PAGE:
The tenacity and strength it must have taken to spearhead such meaningful legal reform in an area of such personal distress is not lost on me as I speak to Ellie. But maybe the bravest thing about her story is simply her willingness to talk, publicly and openly about what happened to her. “I think it’s really important to challenge the shame and stigma associated with sexual violence and domestic violence – why should I feel ashamed? And so I really wanted to speak out publicly about it, and I think one of the things that is most touching for me is that other women have started speaking out and cited me as their inspiration for telling people about their experiences- and that just feels so amazing – because then more people see them speak out and then they speak out too and I just think that’s so incredible”. Ellie’s ability to foster spaces online where other women have felt empowered to disclose their own experiences is arguably as important as the bigger legislative discourses she has influenced with her work – the significance of helping other survivors to feel less alone is a perhaps less easily quantifiable but no less powerful achievement. According to Ellie, throughout her time at the University of Glasgow, whilst her abuse was ongoing, a “rape culture” existed certain clubs and societies, and specifically the athletics club that she and McFarlane participated in. Ellie cited other incidences of sexual assault within the club that were known secrets but never dealt with, which she attributes to the perpetrators having been “fantastic athletes”. For her, it was important to speak out against this culture of silence – “for my own mental health I needed to not care about the jokes people were making about me, and instead focus on the positive changes I was trying to make. But there is still a sense of injustice about how others acted, or more precisely their lack of action”.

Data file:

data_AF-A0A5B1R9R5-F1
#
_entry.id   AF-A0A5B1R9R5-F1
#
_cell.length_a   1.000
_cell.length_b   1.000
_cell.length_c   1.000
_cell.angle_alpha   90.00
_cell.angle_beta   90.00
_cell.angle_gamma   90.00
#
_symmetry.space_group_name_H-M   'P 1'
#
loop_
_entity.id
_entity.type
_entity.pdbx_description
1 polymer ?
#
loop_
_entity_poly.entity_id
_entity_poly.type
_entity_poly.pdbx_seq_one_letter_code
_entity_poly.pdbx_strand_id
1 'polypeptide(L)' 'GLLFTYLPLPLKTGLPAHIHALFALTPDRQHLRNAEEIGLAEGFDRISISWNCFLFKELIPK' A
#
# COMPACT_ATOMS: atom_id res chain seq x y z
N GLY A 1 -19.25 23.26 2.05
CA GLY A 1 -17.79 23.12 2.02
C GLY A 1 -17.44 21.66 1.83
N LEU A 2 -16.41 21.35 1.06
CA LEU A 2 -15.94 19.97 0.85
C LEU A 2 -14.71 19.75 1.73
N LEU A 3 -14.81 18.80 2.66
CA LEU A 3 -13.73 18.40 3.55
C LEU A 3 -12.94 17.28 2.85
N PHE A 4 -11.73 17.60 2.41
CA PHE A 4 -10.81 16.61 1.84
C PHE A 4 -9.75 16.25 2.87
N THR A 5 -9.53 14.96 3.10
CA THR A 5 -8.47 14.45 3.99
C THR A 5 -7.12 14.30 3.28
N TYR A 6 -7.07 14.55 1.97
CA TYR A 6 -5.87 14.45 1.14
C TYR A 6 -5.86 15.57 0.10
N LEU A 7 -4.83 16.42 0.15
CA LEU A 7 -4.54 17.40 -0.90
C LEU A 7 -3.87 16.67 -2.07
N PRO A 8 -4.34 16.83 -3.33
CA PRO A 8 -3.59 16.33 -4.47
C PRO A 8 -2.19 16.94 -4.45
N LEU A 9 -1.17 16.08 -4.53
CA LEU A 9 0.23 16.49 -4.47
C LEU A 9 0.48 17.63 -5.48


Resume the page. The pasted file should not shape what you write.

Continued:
I’m conscious that in effusing about Ellie’s strength and remarkable courage to undertake the work she has done it’s maybe easy to lose sight of the personal cost it must have had for her. Our discussion is quite frank, and she talks me through traumatising experiences with a matter-of-factness that takes me aback. When asked whether recounting all of this causes her pain still – Ellie refers to a quote that she characterises as her guiding influence: “pain can either be your prison or your platform”. According to Ellie, her pain was for a while her prison, and indeed she suffers from currently untreated PTSD. Indeed, her journey is far from over, as her rapist earlier this year made an attempt to repeal his sentencing and conviction at the Supreme Court of the UK following an appeal rejection in the Scottish crown court. For Ellie this marked a disruption to her healing process- “I felt like I was doing really well and I was just completely knocked off and I’m only just pulling myself out of that. It felt like I just can’t have anything because he’s just gonna keep pushing and that was so emotionally tough for me”. Whilst the appeal was once more rejected this March, Ellie remains very conscious that McFarlane will be up for consideration for parole in just over a year – a source of considerable anxiety for her.
Ultimately however, Ellie has transformed a devastatingly painful life experience into a platform for incredibly meaningful and productive legal reform but also support and inspiration for fellow survivors. For Ellie, being nominated for the UofG World Changing Alumni Award is hugely validating:
“I would say though that things like this award offer a way for me to rewrite my university narrative. I’m a smart girl and I was made to believe I wasn’t. I was told repeatedly that I wouldn’t be anything and I feel like this award is a validation of that – rewriting my story and making it into something triumphant… In an ideal world this would never have happened. But it did happen so then how do I use it and make it a force for good? The award is a huge deal for me personally but I also think it’s something important on behalf of all survivors that are trying to speak out and make change – there’s lots of us, and often it goes unrecognised. I’d say it’s an award on behalf of all survivors.”